Narrative incoherence - mind the gap!
This is probably indicative of my age, or narrowing of the arteries, or something like it, but the temptation to chuck a brick through the television screen is not getting any easier with the passage of time. This is not merely a function of prejudice against the kinds of pathological obsessions with triviality which seem to define our age. No, I am thinking instead of the sheer incoherence of the incontinent outpourings from the superfluity of media pundits, who flounce about on TV, presumably for their own entertainment.
News stories apparently come out of nowhere, arising spontaneously without logical precursors. For days, depending upon the resonance with the media's current ideology, the same thing will be repeated ad-nauseam. And then, the whole thing will be gone. We won't be left any wiser, merely more perplexed and anxious. Swiftly, we are moved onto some other temporary distraction, the outcome of which will be similarly mystifying. The entire Brexit fiasco seems to have been treated in this way, leaving the population in the grip of rage, despair and cynicism, but certainly not informed in any meaningful way. We seem to be coaching ourselves into the belief that there is actually no rational explanation for anything. The very term 'Fake News' appears to imply that there is an alternative, but there is relatively little evidence that such a thing does actually exist.
The media appear not to be the solution here. The very way they operate now creates a culture of incoherent narratives, where nothing matches up, little seems to relate to little else, and where our conclusions, responses and value-judgements are frequently equally incoherent.
And so, wearily, I return to what has become an abiding preoccupation - the mysterious, operational model of organisations such as the FOS (Financial Ombudsman Service). Perhaps it is unrealistic to expect too much - it is, after all, a product of the same cultural milieu which now frames the political and ideological output from the Beeb and other similar bodies. Its prognostications depend, similarly, upon the identification of a kind of balance, which it (alone) is apparently able to define. It will choose its own sources for defining that balance in a way that betrays its own ideological presuppositions, and this means in practice that the nature of the decisions made reflects only a kind of synthetic, internalised version of reality - one that is frequently unrecognisable, if one elects to work from the 'known knowns' within the client file.
This kind of culture depends upon the existence of gaps in the narrative. Where an adviser, in documenting his or her advice, moves from one step to another without leaving a record of that portion of the narrative, this leaves a kind of operational space for the FOS to create its own alternate reality. If a void exists, you can be sure that someone else, subject to a very different spectrum of beliefs and objectives, is going to work overtime to fill the space with 'could've, should've' justifications for redress. Of course, in our experience, even the gaps may tell us something meaningful about the nature of the advice (assuming that they demonstrate some consistency with what has gone before) but they tend to act like a red rag to a bull when presented to those who are working out a very specific ideological agenda.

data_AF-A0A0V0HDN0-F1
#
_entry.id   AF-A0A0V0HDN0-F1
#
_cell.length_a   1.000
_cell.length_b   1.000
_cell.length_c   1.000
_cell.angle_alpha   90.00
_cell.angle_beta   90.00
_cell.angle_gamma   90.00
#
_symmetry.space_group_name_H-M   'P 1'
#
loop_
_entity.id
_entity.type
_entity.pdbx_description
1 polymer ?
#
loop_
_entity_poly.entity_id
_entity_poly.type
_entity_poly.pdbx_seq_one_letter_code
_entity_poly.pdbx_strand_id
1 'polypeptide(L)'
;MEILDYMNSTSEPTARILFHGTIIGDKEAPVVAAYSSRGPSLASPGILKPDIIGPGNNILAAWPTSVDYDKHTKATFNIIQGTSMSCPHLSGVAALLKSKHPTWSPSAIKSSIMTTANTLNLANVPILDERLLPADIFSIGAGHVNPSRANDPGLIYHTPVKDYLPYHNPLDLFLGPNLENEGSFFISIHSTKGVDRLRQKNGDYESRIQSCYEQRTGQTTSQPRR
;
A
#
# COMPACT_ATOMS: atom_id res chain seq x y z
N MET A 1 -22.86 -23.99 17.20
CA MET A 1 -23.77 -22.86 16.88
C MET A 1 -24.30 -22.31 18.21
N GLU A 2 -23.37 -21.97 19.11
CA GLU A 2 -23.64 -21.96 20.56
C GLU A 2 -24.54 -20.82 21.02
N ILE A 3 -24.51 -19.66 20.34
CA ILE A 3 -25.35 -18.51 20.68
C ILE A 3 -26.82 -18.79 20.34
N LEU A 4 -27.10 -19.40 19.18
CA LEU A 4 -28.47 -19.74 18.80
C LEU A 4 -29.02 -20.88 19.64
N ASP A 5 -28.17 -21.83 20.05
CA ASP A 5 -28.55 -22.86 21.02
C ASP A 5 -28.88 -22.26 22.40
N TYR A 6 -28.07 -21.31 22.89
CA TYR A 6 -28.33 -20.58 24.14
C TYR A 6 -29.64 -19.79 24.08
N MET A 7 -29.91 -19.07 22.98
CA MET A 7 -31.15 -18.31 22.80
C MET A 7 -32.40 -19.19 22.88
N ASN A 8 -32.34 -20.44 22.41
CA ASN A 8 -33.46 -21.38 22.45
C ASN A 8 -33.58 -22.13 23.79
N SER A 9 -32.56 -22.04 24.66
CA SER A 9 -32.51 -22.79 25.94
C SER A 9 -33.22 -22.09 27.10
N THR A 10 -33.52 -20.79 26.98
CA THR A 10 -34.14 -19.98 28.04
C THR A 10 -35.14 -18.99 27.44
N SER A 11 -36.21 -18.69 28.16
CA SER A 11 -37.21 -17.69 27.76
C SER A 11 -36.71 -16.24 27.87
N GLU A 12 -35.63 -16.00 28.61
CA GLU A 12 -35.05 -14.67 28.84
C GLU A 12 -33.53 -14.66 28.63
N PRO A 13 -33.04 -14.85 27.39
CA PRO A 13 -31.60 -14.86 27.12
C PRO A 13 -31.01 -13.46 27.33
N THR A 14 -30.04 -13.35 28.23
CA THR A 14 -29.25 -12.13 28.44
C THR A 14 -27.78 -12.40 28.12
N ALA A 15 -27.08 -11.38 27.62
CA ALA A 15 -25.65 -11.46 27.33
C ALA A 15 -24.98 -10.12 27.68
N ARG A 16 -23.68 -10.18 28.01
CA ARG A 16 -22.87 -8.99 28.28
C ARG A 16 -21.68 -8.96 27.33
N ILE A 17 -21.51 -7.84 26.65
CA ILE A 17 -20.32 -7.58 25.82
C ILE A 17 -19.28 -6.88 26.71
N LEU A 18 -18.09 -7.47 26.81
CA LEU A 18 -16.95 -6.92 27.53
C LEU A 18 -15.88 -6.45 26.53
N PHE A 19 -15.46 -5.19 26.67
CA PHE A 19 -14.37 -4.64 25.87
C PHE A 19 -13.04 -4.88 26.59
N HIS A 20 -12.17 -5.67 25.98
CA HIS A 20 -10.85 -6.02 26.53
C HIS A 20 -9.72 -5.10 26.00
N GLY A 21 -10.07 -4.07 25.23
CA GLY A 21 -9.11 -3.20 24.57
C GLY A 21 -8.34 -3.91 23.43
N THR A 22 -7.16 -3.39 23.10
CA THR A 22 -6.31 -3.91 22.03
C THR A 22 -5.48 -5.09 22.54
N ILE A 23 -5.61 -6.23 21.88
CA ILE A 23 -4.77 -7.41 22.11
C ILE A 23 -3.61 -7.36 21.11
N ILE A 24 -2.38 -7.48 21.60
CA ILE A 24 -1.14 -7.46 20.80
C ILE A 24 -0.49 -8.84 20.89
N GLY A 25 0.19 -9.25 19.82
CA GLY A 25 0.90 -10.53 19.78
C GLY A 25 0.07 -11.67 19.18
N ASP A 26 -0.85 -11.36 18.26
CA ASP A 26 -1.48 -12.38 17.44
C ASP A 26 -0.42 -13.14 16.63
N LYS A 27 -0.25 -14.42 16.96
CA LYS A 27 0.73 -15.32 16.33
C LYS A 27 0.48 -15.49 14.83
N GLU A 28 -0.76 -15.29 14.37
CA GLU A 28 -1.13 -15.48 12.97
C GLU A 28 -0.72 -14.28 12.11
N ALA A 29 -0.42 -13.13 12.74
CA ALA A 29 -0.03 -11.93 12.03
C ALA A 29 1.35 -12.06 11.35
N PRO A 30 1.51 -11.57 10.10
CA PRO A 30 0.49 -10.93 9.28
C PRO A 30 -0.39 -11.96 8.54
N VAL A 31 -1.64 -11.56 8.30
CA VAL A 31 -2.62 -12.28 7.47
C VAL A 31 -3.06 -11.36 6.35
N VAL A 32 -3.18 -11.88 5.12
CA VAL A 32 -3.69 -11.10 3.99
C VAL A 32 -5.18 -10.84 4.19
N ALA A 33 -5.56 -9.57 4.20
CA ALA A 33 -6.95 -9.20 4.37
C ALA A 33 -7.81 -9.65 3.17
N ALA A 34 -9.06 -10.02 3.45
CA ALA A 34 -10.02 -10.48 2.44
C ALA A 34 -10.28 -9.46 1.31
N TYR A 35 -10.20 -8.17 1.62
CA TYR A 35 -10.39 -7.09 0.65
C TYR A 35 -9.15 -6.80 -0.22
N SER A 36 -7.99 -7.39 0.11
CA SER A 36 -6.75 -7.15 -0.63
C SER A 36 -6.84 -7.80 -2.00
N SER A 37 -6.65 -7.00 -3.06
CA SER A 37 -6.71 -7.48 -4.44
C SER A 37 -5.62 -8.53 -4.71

The answer, or rather the defence to this kind of thing, is for IFA's to be clear when documenting the narrative of advice. It's not about being 'good at compliance', because that leaves a space for someone with a creative imagination to come up with their own version of a Terry Pratchett novel, sufficient at least for their own internal purposes. We've written a bit about this before, but here's a graphic which may help:
This is not a 'compliance checklist'. It is an overview of how the 'narrative' enshrined within your client file tends to develop. Each step (apart from the first one!) is wholly dependent upon the preceding one. The narrative is like a golden thread which links these successive steps. It should show a clear, rational, unfolding picture - one that is consistent throughout. Unlike BBC News at Ten, the denouement ('Implementation') shouldn't come as a complete surprise, unheralded by anything that has gone before. Your audit trail should simply demonstrate that the 'suitability' of your advice is defensible both from the nature of the available data, and from the (documented) rationality of the decision-making process which has led to the conclusion. And the more it evidences the sequential interactions with the client, the better.
The world may be going mad. Other people's versions of reality may ultimately be incoherent - but yours does not need to be.
Mind the gaps!